NS to discuss compensation for deported WWII resistance fighters
Dutch rail company NS will start discussions about a compensation scheme for the relatives of deported resistance fighters in the Second World War. The first meeting with representatives of this group is scheduled for October 3rd, Trouw reports.
During the Second World War, the Dutch rail company helped transport people to German extermination camps. In June, NS announced a compensation program for the people who survived the Holocaust and their relatives. The around 500 Jewish, Romani and Sinti people who were transported by NS to Westerbork and are still alive will each receive 15 thousand euros. Widows and widowers will receive 7,500 euros each. And children will receive between 5 thousand and 7,500 euros.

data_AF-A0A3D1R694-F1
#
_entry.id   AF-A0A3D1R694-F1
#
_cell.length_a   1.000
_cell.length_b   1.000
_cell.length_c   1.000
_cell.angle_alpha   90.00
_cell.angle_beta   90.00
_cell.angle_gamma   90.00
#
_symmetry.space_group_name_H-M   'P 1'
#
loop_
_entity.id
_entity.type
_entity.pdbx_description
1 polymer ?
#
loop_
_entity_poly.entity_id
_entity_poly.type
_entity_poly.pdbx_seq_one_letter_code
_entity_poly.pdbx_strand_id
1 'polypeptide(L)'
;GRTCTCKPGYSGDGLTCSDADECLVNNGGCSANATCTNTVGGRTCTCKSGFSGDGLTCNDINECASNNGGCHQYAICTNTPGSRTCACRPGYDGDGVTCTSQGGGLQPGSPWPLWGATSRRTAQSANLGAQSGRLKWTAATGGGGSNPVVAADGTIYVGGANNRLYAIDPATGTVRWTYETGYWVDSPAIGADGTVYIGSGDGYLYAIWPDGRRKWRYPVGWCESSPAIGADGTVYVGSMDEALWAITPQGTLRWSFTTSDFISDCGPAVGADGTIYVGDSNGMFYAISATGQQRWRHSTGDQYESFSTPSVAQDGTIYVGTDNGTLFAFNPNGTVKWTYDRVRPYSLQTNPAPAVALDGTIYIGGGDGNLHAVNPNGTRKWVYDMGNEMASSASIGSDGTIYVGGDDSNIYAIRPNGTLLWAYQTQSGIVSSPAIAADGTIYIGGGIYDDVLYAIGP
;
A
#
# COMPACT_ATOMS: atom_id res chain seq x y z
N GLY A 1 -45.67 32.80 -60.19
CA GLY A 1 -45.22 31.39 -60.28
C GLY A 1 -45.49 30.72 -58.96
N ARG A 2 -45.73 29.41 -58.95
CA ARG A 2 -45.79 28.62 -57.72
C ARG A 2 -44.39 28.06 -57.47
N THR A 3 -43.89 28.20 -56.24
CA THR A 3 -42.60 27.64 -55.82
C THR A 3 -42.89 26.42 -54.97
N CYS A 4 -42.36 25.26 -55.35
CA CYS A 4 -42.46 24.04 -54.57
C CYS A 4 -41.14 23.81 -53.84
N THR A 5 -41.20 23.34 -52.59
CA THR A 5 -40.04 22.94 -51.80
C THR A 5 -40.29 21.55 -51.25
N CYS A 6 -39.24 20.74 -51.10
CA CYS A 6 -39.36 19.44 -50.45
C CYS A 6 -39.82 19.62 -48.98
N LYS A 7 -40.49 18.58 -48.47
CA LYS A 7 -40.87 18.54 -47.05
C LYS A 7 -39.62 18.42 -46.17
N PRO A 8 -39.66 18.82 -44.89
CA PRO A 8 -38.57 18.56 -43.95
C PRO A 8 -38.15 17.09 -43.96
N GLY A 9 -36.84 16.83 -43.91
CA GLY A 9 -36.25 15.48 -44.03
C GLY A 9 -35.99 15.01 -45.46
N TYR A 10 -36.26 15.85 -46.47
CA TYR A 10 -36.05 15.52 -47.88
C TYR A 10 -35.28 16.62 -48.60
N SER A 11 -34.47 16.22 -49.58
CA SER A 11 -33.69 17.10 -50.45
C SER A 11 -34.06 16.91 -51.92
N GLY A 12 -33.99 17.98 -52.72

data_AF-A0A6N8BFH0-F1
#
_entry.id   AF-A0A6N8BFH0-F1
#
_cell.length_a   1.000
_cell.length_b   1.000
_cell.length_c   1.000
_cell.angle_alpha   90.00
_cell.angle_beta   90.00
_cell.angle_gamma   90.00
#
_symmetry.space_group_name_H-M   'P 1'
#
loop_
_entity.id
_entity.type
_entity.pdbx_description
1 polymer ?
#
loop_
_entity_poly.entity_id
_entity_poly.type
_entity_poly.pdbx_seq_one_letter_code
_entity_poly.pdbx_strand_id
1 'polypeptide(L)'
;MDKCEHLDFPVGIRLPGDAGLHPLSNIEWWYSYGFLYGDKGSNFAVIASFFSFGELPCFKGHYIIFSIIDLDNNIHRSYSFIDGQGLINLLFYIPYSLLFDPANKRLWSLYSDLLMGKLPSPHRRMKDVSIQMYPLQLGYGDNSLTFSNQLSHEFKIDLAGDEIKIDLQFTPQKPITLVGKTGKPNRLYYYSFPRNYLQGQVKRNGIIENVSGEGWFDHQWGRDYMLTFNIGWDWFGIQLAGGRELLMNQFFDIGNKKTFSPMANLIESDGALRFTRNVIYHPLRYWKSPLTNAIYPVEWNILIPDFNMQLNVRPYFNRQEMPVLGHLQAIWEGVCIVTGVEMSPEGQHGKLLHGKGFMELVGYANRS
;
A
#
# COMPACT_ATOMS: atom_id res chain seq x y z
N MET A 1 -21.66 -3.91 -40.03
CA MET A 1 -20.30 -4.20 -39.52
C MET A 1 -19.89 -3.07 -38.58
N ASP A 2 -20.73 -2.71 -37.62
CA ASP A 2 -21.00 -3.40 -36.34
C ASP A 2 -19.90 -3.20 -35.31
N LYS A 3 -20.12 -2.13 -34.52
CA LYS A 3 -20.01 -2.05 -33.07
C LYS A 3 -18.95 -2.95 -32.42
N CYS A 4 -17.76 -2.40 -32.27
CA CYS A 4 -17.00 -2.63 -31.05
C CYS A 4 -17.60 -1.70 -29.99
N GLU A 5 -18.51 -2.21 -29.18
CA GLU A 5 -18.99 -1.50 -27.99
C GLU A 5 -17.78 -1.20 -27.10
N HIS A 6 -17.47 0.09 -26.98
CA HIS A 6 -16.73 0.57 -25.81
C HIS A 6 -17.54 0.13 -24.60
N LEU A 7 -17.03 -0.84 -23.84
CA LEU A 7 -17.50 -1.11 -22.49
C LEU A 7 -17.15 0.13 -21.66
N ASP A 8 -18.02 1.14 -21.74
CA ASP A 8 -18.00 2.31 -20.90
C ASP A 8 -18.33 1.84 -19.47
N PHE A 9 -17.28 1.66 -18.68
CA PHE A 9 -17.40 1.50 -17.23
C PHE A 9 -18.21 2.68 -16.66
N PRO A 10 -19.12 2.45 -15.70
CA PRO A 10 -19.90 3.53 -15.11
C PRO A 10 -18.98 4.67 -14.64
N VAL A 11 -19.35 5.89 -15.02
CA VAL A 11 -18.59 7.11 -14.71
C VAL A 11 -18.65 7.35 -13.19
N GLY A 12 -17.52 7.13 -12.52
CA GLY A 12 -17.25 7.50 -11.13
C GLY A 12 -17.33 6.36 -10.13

Shortly after this announcement, the relatives of deported resistance fighters also asked for recognition and compensation. They think that NS also bears some responsibility for the death of their loved ones. NS then said that it would start a conversation with this group, and the first meeting has now been arranged.
During the Second World War, NS transported a total of 110 thousand Jewish, Romani and Sinti people to the Westerbork transit camp, from where they were taken to extermination camps Auschwitz and Sobibor, according to NOS. Only around 5 thousand of them returned alive. NS also built a line to Westerbork from the Meppel-Groningen railway line on behalf of the Nazis. The rail company never protested against the measures imposed by the Germans and paid for the implementation thereof. It is estimated that NS earned 2.5 million guilders from the transport of Holocaust victims.